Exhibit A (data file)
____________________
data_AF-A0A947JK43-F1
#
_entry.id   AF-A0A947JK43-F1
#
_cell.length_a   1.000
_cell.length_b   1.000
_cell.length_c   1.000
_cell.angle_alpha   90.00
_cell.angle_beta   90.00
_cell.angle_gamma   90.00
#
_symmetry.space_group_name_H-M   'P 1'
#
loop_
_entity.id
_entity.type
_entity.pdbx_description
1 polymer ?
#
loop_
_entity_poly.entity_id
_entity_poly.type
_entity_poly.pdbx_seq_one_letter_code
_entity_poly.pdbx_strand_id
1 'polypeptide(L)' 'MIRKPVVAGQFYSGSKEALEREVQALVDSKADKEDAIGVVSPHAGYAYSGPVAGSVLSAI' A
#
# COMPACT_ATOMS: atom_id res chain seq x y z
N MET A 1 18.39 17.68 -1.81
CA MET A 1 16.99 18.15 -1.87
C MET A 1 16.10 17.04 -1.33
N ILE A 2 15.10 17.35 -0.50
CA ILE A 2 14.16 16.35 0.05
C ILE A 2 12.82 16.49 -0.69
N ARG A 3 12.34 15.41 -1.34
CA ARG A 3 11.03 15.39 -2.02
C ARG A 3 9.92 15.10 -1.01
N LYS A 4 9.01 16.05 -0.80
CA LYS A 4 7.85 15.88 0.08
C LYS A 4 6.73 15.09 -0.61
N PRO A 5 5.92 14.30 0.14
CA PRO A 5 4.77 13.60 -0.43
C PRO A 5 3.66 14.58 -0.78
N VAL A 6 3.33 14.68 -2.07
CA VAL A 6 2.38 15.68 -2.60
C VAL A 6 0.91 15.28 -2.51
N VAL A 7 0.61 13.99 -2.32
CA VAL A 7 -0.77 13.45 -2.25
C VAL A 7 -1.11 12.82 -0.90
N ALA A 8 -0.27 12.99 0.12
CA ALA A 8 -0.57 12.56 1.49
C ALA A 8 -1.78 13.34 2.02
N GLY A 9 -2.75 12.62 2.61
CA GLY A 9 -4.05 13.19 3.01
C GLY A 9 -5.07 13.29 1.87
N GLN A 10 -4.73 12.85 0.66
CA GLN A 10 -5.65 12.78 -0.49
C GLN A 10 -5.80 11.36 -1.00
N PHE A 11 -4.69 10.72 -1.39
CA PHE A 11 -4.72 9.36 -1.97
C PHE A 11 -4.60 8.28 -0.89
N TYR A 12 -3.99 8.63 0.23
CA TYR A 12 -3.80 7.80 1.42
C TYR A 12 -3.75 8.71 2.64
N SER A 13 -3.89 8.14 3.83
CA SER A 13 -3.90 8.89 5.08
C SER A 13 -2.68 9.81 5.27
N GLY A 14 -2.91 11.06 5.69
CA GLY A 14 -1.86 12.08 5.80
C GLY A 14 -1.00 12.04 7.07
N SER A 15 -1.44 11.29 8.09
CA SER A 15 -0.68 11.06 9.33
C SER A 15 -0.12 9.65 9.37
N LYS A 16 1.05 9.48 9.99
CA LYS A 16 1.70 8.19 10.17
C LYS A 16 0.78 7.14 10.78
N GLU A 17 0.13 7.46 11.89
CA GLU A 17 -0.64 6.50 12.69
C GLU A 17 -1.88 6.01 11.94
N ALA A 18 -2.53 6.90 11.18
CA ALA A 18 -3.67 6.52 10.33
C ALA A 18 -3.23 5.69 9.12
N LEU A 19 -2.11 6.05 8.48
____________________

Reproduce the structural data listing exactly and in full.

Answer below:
data_AF-A0A947JK43-F1
#
_entry.id   AF-A0A947JK43-F1
#
_cell.length_a   1.000
_cell.length_b   1.000
_cell.length_c   1.000
_cell.angle_alpha   90.00
_cell.angle_beta   90.00
_cell.angle_gamma   90.00
#
_symmetry.space_group_name_H-M   'P 1'
#
loop_
_entity.id
_entity.type
_entity.pdbx_description
1 polymer ?
#
loop_
_entity_poly.entity_id
_entity_poly.type
_entity_poly.pdbx_seq_one_letter_code
_entity_poly.pdbx_strand_id
1 'polypeptide(L)' 'MIRKPVVAGQFYSGSKEALEREVQALVDSKADKEDAIGVVSPHAGYAYSGPVAGSVLSAI' A
#
# COMPACT_ATOMS: atom_id res chain seq x y z
N MET A 1 18.39 17.68 -1.81
CA MET A 1 16.99 18.15 -1.87
C MET A 1 16.10 17.04 -1.33
N ILE A 2 15.10 17.35 -0.50
CA ILE A 2 14.16 16.35 0.05
C ILE A 2 12.82 16.49 -0.69
N ARG A 3 12.34 15.41 -1.34
CA ARG A 3 11.03 15.39 -2.02
C ARG A 3 9.92 15.10 -1.01
N LYS A 4 9.01 16.05 -0.80
CA LYS A 4 7.85 15.88 0.08
C LYS A 4 6.73 15.09 -0.61
N PRO A 5 5.92 14.30 0.14
CA PRO A 5 4.77 13.60 -0.43
C PRO A 5 3.66 14.58 -0.78
N VAL A 6 3.33 14.68 -2.07
CA VAL A 6 2.38 15.68 -2.60
C VAL A 6 0.91 15.28 -2.51
N VAL A 7 0.61 13.99 -2.32
CA VAL A 7 -0.77 13.45 -2.25
C VAL A 7 -1.11 12.82 -0.90
N ALA A 8 -0.27 12.99 0.12
CA ALA A 8 -0.57 12.56 1.49
C ALA A 8 -1.78 13.34 2.02
N GLY A 9 -2.75 12.62 2.61
CA GLY A 9 -4.05 13.19 3.01
C GLY A 9 -5.07 13.29 1.87
N GLN A 10 -4.73 12.85 0.66
CA GLN A 10 -5.65 12.78 -0.49
C GLN A 10 -5.80 11.36 -1.00
N PHE A 11 -4.69 10.72 -1.39
CA PHE A 11 -4.72 9.36 -1.97
C PHE A 11 -4.60 8.28 -0.89
N TYR A 12 -3.99 8.63 0.23
CA TYR A 12 -3.80 7.80 1.42
C TYR A 12 -3.75 8.71 2.64
N SER A 13 -3.89 8.14 3.83
CA SER A 13 -3.90 8.89 5.08
C SER A 13 -2.68 9.81 5.27
N GLY A 14 -2.91 11.06 5.69
CA GLY A 14 -1.86 12.08 5.80
C GLY A 14 -1.00 12.04 7.07
N SER A 15 -1.44 11.29 8.09
CA SER A 15 -0.68 11.06 9.33
C SER A 15 -0.12 9.65 9.37
N LYS A 16 1.05 9.48 9.99
CA LYS A 16 1.70 8.19 10.17
C LYS A 16 0.78 7.14 10.78
N GLU A 17 0.13 7.46 11.89
CA GLU A 17 -0.64 6.50 12.69
C GLU A 17 -1.88 6.01 11.94
N ALA A 18 -2.53 6.90 11.18
CA ALA A 18 -3.67 6.52 10.33
C ALA A 18 -3.23 5.69 9.12
N LEU A 19 -2.11 6.05 8.48